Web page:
Two of the three boys involved in the East High School football hazing incident reached plea deals Monday.
The boys pleaded guilty to reduced charges of sexual battery, a class A misdemeanor, and simple assault, a class B misdemeanor.
The deal was announced during a pre-trial conference held before their trials were to start Wednesday. In court Monday, both boys offered apologies for their actions.
"I want to say I'm sorry. I want to say sorry to the victims and the victims' families and my family," said one.
In September, three members of the East High School sophomore football team, all 15 years old at the time, were charged in 3rd District Juvenile Court with forcible sodomy, attempted forcible sodomy and forcible sexual abuse.
The Deseret Morning News does not print the names of defendants charged in juvenile court.
The three incidents happened in the boys locker room after football practice. On Monday, Judge Sharon McCully made sure the boys understood that what they did went beyond traditional hazing.
"What may have seemed like locker room horse play or hazing can actually be seen as first-degree felonious behavior," she said. "It went too far when it started."
McCully told the teens it was never OK under any circumstances to restrain someone and subject him to physical or verbal abuse. She hoped other athletes would look at this case and realize the practice of hazing, no matter how many years it has been happening, needs to stop.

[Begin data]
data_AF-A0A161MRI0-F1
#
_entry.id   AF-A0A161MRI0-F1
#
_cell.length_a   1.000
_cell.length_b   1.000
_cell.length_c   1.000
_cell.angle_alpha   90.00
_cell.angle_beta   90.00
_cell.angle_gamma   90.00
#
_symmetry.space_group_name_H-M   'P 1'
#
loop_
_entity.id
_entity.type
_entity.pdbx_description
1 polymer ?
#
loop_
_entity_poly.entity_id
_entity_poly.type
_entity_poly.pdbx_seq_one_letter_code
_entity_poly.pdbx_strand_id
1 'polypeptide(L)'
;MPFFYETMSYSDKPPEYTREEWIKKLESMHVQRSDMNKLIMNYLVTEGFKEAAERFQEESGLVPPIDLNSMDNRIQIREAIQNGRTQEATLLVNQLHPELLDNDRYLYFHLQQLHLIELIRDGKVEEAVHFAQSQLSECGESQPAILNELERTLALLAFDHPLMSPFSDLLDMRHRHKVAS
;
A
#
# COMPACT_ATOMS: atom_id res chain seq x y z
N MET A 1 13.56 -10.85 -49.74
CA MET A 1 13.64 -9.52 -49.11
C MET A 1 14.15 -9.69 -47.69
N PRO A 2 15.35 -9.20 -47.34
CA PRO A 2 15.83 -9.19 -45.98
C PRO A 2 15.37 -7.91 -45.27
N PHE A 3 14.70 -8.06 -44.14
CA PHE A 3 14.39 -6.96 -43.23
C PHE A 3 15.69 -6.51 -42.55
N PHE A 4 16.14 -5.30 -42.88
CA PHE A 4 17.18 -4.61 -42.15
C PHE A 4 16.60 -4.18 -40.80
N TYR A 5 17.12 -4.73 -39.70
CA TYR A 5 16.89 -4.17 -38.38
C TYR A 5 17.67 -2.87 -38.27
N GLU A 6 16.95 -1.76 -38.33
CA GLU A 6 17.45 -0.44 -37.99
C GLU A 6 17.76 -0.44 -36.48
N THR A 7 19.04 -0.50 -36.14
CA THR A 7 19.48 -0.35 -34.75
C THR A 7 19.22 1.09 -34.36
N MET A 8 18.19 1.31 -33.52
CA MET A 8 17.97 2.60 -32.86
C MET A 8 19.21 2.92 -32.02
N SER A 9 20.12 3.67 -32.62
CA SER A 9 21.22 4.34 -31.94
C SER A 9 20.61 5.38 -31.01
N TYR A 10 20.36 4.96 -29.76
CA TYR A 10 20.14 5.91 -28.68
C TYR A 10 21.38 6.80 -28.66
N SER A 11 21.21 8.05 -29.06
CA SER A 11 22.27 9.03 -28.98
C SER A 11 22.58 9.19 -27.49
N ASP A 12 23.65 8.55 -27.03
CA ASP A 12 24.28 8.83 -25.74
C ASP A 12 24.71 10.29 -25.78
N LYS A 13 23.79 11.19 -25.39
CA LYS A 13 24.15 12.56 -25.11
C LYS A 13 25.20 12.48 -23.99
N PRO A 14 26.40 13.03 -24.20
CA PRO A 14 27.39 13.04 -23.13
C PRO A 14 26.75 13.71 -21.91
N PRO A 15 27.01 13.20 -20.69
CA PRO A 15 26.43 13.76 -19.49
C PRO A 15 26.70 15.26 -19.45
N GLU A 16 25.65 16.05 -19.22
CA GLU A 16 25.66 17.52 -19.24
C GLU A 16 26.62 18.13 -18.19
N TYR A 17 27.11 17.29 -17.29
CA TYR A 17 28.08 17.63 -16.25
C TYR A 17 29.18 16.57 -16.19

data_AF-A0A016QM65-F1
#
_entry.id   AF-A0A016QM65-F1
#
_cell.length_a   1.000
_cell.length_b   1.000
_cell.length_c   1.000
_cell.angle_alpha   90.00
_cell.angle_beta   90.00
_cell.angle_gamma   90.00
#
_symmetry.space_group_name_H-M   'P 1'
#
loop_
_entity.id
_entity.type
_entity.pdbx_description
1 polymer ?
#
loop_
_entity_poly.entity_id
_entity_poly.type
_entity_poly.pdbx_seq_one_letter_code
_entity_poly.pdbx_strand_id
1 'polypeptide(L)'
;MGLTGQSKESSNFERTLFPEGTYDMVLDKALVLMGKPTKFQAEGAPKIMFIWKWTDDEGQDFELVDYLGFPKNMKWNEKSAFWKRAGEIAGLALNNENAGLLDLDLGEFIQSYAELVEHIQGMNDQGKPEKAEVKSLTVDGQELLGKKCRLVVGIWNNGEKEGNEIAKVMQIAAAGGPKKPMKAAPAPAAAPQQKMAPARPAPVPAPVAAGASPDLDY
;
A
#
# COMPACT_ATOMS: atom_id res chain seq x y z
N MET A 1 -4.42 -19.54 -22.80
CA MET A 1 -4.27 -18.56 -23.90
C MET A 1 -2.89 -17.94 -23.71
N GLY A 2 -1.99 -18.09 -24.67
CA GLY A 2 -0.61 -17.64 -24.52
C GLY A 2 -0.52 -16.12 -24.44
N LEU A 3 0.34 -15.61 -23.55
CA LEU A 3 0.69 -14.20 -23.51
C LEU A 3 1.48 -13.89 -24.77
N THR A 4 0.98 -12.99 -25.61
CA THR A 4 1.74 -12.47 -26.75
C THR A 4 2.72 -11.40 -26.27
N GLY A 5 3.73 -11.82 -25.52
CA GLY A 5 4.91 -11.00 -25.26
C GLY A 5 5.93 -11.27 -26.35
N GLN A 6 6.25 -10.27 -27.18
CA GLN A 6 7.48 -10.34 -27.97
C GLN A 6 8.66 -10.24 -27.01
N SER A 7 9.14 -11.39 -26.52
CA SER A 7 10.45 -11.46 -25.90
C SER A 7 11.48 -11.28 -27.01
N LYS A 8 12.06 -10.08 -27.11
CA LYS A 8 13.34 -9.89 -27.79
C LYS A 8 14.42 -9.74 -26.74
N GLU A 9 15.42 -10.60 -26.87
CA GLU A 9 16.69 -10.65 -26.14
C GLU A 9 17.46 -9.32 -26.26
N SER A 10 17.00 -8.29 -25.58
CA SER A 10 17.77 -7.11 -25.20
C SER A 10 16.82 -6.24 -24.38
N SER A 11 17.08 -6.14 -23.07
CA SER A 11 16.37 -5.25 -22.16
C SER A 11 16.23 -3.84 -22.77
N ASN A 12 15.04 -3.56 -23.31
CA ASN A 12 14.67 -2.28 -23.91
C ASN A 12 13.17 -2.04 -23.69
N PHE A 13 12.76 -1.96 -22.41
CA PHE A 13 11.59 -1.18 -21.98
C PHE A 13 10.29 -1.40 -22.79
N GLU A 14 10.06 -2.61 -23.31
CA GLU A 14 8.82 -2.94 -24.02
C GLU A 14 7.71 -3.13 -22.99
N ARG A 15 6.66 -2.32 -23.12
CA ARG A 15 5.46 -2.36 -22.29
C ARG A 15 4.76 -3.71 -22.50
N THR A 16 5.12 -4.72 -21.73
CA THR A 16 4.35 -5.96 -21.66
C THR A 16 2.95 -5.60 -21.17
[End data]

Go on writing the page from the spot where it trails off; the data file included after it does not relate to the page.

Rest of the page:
"We are finally at a point in our society ... that this is not OK. It's not acceptable," she said.
Two of the boys were represented by the same attorney. The third boy's case was being handled by a different attorney in a different courtroom.
As part of Monday's plea deal, the two teens agreed to testify against the third defendant. They also were sentenced to 100 hours of community service, ordered to write letters of apology to the three victims and given suspended 30-day sentences in juvenile detention with credit for time served. McCully lifted the home detention penalties the boys had been on for three months since their arrests. The boys also were ordered not to have contact with the victims or their families, with the exception of the letters they have to write, which will be delivered by someone else.
"I don't see this behavior as sexually motivated," McCully said. "I don't see you as a sexual predator, just a stupid kid."
The three boys no longer attend East High School.
In court Monday, the boys told McCully what had happened. Both said they were told to hold the victims. Both said they did not know what was going to happen next and both stressed they at no point took their pants off.
The plea deal was reached in part because the victims of the hazing also wanted to see the case come to an end because they did not want to testify in court, according to state attorneys. Both sides agreed the case had been very difficult on all sides involved because of the intense media attention it had received, causing humiliation to the victims, which McCully said at that age is sometimes worse than the actual crime.
Defense attorney William Russell filed a motion before Monday's hearing to have all proceedings closed to the public because of what he called irresponsible coverage from certain TV stations that posted explicit details of the hazings.
McCully denied the motion, however, saying the media and public were more likely to get the story right if reporters were allowed to attend.
"My policy has always been that media is welcome in the courtroom until they prove themselves inconsiderate," McCully said.Because only print media were present Monday, McCully ruled the hearing would remain open, but agreed that all future hearings would be closed.
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